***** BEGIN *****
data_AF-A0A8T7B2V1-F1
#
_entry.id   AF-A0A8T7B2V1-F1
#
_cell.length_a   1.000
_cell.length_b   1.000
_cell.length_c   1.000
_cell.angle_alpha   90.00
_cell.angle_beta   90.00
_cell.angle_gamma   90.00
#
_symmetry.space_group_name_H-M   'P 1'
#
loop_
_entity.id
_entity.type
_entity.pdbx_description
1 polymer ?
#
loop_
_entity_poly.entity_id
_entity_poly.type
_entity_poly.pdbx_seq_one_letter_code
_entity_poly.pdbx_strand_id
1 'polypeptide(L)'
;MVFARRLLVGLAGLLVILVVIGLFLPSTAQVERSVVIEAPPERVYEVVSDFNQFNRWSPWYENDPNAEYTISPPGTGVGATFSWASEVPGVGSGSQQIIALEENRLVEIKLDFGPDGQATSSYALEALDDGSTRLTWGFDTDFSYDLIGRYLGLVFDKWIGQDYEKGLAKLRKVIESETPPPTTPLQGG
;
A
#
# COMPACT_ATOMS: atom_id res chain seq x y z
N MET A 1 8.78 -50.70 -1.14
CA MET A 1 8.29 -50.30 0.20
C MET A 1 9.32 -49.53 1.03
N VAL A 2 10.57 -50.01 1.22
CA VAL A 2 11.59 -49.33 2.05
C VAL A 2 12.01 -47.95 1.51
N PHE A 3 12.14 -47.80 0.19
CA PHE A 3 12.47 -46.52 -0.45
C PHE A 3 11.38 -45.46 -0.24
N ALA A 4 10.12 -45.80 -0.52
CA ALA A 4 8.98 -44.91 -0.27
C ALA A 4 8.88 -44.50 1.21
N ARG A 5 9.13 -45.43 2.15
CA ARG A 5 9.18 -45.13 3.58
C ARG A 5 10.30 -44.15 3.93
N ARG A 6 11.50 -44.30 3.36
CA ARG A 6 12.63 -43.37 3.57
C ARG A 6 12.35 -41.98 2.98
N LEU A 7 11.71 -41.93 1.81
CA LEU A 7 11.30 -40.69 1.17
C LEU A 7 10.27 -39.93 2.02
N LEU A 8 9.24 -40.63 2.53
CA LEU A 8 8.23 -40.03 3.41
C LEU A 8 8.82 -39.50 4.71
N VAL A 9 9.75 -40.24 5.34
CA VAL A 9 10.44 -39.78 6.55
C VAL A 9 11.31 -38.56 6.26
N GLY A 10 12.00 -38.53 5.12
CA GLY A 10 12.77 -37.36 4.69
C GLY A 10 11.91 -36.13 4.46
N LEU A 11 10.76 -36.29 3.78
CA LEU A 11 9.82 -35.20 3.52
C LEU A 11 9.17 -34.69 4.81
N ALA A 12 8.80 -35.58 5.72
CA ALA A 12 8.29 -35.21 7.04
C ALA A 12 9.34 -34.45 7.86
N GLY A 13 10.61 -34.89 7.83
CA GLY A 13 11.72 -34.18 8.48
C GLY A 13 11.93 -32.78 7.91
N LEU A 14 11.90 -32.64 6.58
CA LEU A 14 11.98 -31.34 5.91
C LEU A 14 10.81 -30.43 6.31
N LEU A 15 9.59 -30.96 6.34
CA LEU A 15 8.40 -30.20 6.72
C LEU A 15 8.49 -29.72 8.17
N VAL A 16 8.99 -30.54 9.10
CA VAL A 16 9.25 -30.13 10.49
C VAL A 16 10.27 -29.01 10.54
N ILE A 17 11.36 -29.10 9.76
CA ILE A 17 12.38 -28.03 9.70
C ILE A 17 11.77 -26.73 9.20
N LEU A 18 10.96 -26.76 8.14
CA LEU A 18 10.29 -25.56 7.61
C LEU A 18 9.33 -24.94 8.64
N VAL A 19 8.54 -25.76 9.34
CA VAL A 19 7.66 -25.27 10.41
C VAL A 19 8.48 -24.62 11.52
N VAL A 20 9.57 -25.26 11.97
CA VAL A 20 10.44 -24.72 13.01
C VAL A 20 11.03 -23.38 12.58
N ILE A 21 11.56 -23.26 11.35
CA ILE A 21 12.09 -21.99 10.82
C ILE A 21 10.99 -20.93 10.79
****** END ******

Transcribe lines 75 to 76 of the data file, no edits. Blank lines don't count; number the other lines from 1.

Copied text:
C LEU A 15 8.49 -29.72 8.17
N VAL A 16 8.99 -30.54 9.10